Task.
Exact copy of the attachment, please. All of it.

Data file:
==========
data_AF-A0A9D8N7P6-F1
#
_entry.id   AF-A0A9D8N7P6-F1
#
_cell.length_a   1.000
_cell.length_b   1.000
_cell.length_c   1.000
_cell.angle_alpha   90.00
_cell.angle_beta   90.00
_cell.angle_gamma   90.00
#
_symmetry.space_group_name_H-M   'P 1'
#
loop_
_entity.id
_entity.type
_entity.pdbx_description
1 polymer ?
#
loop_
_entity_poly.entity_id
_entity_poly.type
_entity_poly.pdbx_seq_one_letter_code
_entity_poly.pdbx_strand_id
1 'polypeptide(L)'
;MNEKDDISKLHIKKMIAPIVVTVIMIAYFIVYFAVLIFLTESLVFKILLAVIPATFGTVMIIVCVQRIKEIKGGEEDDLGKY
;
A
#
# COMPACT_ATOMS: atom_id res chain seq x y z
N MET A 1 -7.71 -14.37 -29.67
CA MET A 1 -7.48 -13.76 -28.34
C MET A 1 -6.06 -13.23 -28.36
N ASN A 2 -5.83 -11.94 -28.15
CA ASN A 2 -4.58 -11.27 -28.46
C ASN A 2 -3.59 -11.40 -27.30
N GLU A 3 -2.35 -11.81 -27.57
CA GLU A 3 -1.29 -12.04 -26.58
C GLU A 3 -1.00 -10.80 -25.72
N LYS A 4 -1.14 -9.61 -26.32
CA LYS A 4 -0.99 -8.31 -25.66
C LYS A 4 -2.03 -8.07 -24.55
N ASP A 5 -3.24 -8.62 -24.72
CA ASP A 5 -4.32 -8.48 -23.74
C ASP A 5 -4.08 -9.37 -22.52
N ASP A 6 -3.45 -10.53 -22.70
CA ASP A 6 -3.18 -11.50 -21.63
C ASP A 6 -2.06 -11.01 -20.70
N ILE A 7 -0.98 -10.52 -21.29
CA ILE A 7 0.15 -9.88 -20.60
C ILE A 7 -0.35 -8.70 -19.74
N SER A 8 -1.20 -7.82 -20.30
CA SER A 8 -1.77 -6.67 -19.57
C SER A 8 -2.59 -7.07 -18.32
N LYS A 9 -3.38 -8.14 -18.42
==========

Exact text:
data_AF-A0A9D8N7P6-F1
#
_entry.id   AF-A0A9D8N7P6-F1
#
_cell.length_a   1.000
_cell.length_b   1.000
_cell.length_c   1.000
_cell.angle_alpha   90.00
_cell.angle_beta   90.00
_cell.angle_gamma   90.00
#
_symmetry.space_group_name_H-M   'P 1'
#
loop_
_entity.id
_entity.type
_entity.pdbx_description
1 polymer ?
#
loop_
_entity_poly.entity_id
_entity_poly.type
_entity_poly.pdbx_seq_one_letter_code
_entity_poly.pdbx_strand_id
1 'polypeptide(L)'
;MNEKDDISKLHIKKMIAPIVVTVIMIAYFIVYFAVLIFLTESLVFKILLAVIPATFGTVMIIVCVQRIKEIKGGEEDDLGKY
;
A
#
# COMPACT_ATOMS: atom_id res chain seq x y z
N MET A 1 -7.71 -14.37 -29.67
CA MET A 1 -7.48 -13.76 -28.34
C MET A 1 -6.06 -13.23 -28.36
N ASN A 2 -5.83 -11.94 -28.15
CA ASN A 2 -4.58 -11.27 -28.46
C ASN A 2 -3.59 -11.40 -27.30
N GLU A 3 -2.35 -11.81 -27.57
CA GLU A 3 -1.29 -12.04 -26.58
C GLU A 3 -1.00 -10.80 -25.72
N LYS A 4 -1.14 -9.61 -26.32
CA LYS A 4 -0.99 -8.31 -25.66
C LYS A 4 -2.03 -8.07 -24.55
N ASP A 5 -3.24 -8.62 -24.72
CA ASP A 5 -4.32 -8.48 -23.74
C ASP A 5 -4.08 -9.37 -22.52
N ASP A 6 -3.45 -10.53 -22.70
CA ASP A 6 -3.18 -11.50 -21.63
C ASP A 6 -2.06 -11.01 -20.70
N ILE A 7 -0.98 -10.52 -21.29
CA ILE A 7 0.15 -9.88 -20.60
C ILE A 7 -0.35 -8.70 -19.74
N SER A 8 -1.20 -7.82 -20.30
CA SER A 8 -1.77 -6.67 -19.57
C SER A 8 -2.59 -7.07 -18.32
N LYS A 9 -3.38 -8.14 -18.42